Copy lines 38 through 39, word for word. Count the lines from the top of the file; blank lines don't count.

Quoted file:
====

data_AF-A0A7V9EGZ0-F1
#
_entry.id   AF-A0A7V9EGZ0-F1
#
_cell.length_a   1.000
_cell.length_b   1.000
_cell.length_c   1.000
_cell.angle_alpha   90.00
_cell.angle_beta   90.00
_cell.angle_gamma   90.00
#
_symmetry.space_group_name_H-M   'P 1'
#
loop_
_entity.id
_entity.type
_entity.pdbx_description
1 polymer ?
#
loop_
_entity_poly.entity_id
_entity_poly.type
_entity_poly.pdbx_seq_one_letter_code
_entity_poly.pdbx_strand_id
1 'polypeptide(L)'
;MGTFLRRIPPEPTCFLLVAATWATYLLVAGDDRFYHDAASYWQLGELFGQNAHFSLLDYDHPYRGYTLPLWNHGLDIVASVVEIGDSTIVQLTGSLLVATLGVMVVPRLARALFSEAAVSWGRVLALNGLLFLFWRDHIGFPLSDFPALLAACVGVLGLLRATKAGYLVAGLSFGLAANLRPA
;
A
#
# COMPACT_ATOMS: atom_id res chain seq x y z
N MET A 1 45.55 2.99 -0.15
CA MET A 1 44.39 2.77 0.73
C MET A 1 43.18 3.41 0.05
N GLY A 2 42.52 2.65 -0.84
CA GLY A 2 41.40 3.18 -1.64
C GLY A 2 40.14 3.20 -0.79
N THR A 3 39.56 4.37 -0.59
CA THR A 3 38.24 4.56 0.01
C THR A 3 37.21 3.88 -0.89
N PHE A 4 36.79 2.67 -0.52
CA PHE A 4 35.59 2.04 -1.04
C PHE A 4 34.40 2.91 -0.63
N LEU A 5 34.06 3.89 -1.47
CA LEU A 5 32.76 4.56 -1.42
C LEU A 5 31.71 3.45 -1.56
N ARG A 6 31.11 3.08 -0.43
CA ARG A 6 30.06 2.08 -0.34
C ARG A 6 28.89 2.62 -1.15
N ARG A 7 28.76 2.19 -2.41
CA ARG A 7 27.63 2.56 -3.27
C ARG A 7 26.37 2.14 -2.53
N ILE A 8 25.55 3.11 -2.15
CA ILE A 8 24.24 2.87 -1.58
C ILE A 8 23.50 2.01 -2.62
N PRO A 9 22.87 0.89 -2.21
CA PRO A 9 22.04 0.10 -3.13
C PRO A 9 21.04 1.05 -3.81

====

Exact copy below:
CA THR A 3 38.24 4.56 0.01
C THR A 3 37.21 3.88 -0.89